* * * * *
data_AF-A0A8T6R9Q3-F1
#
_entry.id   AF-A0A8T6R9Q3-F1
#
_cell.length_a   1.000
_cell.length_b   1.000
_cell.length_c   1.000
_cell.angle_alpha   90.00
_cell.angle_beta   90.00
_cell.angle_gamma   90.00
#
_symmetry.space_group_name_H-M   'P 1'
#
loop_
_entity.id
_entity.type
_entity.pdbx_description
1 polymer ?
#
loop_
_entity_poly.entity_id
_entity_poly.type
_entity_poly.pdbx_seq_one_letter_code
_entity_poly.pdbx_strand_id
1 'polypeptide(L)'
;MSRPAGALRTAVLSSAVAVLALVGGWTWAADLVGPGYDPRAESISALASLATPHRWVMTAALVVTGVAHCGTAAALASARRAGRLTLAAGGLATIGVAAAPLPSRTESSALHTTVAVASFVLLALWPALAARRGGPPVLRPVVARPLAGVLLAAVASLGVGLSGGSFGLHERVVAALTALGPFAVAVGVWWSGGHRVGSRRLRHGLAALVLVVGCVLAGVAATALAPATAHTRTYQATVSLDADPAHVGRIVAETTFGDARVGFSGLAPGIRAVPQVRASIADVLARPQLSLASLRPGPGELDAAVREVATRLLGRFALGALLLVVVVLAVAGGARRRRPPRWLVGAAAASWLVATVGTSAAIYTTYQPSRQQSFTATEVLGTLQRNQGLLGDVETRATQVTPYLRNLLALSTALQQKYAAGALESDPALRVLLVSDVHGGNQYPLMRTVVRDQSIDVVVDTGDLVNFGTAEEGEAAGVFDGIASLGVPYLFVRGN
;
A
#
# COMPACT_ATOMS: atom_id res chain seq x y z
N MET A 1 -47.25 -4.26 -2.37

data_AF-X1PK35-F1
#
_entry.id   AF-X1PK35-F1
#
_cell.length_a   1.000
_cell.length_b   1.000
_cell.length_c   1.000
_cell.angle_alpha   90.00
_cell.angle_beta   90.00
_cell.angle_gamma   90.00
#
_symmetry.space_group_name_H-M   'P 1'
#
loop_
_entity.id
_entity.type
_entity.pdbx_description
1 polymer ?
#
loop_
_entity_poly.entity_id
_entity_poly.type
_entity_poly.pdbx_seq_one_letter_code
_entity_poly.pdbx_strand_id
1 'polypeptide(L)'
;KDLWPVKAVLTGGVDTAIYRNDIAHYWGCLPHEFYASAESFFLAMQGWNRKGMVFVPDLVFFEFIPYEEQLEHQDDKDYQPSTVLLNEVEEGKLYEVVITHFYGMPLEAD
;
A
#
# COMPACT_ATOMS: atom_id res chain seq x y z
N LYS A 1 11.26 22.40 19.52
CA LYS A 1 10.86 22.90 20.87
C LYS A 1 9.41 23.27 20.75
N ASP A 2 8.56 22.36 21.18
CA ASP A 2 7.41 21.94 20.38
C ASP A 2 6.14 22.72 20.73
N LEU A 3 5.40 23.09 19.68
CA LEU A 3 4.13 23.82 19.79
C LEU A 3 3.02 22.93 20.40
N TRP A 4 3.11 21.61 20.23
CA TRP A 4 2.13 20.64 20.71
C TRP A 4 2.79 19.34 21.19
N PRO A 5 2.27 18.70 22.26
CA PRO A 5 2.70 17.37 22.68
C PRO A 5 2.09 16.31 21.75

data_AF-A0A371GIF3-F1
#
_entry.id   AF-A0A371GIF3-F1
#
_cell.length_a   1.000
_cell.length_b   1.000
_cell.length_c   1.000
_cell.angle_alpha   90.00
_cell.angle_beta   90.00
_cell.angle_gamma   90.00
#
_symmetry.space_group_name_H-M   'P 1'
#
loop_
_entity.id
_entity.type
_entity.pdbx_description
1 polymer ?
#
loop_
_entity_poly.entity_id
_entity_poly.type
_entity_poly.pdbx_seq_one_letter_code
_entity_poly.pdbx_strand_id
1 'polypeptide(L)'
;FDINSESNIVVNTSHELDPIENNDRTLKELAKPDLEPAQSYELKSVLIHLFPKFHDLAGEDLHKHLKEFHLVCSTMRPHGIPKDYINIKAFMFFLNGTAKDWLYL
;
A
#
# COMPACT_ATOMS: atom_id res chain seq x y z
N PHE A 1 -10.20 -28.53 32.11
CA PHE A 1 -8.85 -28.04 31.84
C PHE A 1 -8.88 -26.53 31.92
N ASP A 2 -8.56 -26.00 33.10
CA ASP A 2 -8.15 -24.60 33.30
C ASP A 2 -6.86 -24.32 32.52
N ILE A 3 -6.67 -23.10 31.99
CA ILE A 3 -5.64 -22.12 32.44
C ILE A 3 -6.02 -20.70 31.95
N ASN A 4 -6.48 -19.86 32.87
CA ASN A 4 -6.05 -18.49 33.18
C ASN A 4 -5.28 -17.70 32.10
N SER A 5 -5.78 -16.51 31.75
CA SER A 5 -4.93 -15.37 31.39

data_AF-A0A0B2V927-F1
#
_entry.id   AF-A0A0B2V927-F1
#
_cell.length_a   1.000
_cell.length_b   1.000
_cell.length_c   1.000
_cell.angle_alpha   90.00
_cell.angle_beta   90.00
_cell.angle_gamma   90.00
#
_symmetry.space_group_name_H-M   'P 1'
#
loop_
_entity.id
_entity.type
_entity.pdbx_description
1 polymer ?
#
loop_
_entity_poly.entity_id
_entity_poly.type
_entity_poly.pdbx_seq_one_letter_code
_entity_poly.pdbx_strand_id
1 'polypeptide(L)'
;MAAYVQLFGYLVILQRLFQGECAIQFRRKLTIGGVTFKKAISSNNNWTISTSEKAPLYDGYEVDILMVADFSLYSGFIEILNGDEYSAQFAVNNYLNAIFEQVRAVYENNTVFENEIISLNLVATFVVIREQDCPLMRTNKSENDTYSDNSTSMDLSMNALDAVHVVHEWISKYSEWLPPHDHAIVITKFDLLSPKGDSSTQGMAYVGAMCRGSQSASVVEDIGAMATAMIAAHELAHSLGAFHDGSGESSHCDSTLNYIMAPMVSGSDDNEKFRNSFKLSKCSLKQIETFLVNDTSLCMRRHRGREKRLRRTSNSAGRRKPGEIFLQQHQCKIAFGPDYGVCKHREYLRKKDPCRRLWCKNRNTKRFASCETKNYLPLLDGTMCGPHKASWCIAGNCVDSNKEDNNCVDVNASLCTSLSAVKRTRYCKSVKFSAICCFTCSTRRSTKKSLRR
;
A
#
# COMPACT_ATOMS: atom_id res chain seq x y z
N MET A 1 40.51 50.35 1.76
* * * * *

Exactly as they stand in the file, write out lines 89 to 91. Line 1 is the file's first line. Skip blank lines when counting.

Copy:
#
loop_
_entity.id